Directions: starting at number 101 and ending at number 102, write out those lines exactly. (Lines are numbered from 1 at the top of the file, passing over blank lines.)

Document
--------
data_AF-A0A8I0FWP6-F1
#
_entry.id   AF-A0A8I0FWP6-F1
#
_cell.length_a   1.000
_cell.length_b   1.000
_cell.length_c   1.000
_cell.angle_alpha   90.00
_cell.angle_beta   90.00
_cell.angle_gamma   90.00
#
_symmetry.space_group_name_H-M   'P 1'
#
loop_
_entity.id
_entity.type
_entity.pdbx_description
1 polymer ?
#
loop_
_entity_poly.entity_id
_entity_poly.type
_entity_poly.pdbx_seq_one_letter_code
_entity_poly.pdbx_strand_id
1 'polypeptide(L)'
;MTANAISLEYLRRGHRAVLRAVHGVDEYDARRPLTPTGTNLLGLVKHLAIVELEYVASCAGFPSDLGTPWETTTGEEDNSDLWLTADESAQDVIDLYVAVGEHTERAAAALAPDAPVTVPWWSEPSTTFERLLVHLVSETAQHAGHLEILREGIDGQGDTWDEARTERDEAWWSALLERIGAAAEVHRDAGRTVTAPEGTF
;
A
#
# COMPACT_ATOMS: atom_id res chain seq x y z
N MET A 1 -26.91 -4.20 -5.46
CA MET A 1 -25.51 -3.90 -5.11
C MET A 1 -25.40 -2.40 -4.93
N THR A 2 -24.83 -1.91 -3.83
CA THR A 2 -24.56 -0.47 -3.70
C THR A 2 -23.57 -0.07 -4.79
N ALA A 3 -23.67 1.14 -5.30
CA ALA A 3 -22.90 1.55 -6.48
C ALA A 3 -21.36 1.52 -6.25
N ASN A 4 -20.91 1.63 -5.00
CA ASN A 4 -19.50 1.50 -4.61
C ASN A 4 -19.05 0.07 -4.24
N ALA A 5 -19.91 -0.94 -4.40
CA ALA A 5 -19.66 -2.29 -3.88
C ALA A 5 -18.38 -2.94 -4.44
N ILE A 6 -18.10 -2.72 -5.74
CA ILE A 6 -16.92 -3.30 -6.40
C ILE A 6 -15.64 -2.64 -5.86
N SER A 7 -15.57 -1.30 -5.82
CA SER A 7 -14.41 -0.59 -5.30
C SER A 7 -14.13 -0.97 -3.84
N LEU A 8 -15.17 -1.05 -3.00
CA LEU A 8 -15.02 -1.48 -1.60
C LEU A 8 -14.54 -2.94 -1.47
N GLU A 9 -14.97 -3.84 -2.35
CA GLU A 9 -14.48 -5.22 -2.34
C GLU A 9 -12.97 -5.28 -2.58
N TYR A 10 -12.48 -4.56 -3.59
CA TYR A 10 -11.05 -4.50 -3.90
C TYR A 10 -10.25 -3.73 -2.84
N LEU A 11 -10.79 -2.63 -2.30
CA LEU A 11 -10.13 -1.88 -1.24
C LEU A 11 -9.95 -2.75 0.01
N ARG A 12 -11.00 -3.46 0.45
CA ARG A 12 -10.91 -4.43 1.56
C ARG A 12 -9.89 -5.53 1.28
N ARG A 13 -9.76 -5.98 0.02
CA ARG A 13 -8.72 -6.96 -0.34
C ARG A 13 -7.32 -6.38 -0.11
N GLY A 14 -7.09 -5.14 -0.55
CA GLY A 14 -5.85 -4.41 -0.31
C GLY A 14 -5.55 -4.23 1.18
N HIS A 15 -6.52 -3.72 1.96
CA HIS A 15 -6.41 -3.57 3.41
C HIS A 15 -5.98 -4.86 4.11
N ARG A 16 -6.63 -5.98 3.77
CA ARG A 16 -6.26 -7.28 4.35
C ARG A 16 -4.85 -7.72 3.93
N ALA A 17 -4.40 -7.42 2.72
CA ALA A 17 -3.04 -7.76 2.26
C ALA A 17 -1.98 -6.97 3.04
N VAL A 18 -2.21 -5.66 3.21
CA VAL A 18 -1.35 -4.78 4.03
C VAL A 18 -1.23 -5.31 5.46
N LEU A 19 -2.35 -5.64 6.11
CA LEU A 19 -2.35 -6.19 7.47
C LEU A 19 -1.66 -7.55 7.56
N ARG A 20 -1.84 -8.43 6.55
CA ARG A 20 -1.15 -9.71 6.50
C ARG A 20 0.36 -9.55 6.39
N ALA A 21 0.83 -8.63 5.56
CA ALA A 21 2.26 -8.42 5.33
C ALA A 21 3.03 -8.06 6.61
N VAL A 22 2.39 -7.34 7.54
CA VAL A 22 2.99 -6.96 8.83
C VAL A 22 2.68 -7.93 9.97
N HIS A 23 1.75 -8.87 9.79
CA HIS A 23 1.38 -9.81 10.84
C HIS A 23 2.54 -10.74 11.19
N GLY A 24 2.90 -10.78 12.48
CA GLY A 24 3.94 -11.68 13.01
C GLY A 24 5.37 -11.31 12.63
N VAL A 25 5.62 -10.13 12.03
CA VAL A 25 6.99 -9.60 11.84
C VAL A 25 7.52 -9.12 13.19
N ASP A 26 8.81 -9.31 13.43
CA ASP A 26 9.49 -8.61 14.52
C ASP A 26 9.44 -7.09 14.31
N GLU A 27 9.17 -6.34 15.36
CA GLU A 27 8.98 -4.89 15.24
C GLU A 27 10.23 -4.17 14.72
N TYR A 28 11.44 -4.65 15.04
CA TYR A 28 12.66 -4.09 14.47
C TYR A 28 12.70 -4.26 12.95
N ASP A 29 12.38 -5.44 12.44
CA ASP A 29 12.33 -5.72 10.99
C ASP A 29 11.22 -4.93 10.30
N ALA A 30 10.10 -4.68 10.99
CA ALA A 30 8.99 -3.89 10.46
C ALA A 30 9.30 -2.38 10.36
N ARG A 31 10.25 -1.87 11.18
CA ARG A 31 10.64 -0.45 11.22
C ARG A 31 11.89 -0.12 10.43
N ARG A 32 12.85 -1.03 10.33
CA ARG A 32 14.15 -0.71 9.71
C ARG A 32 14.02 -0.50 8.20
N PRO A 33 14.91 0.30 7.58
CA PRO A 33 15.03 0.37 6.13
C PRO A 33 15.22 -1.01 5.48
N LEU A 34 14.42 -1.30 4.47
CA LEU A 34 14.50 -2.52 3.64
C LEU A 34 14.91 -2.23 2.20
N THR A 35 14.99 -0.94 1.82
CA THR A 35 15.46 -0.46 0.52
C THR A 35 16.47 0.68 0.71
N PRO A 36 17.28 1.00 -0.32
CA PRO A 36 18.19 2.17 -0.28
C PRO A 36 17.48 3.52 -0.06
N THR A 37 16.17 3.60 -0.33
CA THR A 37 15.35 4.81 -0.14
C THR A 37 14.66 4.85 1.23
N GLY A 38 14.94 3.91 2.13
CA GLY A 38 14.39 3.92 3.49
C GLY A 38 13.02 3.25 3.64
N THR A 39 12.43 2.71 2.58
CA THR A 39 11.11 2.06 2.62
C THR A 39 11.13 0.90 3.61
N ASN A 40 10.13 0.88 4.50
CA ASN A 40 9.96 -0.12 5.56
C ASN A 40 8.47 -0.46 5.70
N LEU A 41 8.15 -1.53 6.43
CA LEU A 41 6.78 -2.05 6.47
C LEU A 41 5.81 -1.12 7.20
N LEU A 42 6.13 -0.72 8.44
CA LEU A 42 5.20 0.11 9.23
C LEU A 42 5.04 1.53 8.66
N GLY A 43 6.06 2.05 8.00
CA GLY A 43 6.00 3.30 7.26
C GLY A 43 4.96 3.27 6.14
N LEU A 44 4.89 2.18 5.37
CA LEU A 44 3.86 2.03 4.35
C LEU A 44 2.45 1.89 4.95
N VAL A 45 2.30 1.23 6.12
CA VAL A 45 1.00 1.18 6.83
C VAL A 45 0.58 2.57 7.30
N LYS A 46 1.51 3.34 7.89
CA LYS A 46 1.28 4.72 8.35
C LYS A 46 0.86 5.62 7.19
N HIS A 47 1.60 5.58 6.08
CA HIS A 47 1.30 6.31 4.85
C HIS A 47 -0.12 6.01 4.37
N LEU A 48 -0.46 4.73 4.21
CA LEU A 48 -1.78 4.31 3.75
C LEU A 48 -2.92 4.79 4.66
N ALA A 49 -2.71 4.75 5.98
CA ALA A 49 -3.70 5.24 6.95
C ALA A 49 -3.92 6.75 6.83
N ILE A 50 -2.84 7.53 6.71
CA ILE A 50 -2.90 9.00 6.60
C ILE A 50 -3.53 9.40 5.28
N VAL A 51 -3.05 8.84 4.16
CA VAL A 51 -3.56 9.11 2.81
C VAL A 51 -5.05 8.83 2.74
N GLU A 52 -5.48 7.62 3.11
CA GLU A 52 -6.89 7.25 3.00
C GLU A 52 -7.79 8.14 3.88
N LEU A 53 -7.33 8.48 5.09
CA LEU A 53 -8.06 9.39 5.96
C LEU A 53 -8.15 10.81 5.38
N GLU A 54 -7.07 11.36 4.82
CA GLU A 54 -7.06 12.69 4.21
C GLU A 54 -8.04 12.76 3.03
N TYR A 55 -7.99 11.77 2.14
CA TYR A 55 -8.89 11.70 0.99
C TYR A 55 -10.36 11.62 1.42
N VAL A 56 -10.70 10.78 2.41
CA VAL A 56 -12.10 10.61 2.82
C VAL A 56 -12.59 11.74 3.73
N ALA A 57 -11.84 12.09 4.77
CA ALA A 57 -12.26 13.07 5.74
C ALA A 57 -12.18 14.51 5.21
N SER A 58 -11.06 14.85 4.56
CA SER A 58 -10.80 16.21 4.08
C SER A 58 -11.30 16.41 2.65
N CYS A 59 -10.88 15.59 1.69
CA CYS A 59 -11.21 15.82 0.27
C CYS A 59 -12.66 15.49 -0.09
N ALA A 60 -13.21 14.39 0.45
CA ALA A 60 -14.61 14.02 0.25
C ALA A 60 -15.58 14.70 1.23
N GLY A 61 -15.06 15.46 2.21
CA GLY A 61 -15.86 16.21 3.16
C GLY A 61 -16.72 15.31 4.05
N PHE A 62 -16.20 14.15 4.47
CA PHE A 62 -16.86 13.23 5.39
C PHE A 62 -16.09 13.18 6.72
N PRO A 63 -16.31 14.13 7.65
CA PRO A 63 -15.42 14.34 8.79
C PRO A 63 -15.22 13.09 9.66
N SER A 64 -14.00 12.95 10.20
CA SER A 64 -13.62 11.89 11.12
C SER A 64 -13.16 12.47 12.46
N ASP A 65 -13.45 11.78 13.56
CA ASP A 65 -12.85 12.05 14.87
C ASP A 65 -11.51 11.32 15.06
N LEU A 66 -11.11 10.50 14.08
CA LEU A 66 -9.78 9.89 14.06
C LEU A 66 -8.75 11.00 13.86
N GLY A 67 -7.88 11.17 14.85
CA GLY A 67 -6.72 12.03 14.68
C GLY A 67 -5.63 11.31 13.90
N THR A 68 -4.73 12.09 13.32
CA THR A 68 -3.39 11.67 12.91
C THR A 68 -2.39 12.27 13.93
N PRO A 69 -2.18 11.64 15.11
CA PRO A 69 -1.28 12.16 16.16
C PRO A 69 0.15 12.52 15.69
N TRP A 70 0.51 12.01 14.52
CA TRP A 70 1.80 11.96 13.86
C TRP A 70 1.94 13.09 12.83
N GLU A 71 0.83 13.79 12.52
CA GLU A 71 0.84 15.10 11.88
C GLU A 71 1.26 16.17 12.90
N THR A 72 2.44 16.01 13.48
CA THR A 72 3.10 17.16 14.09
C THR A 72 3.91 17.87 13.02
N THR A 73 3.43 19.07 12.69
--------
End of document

CA GLY A 24 3.94 -11.68 13.01
C GLY A 24 5.37 -11.31 12.63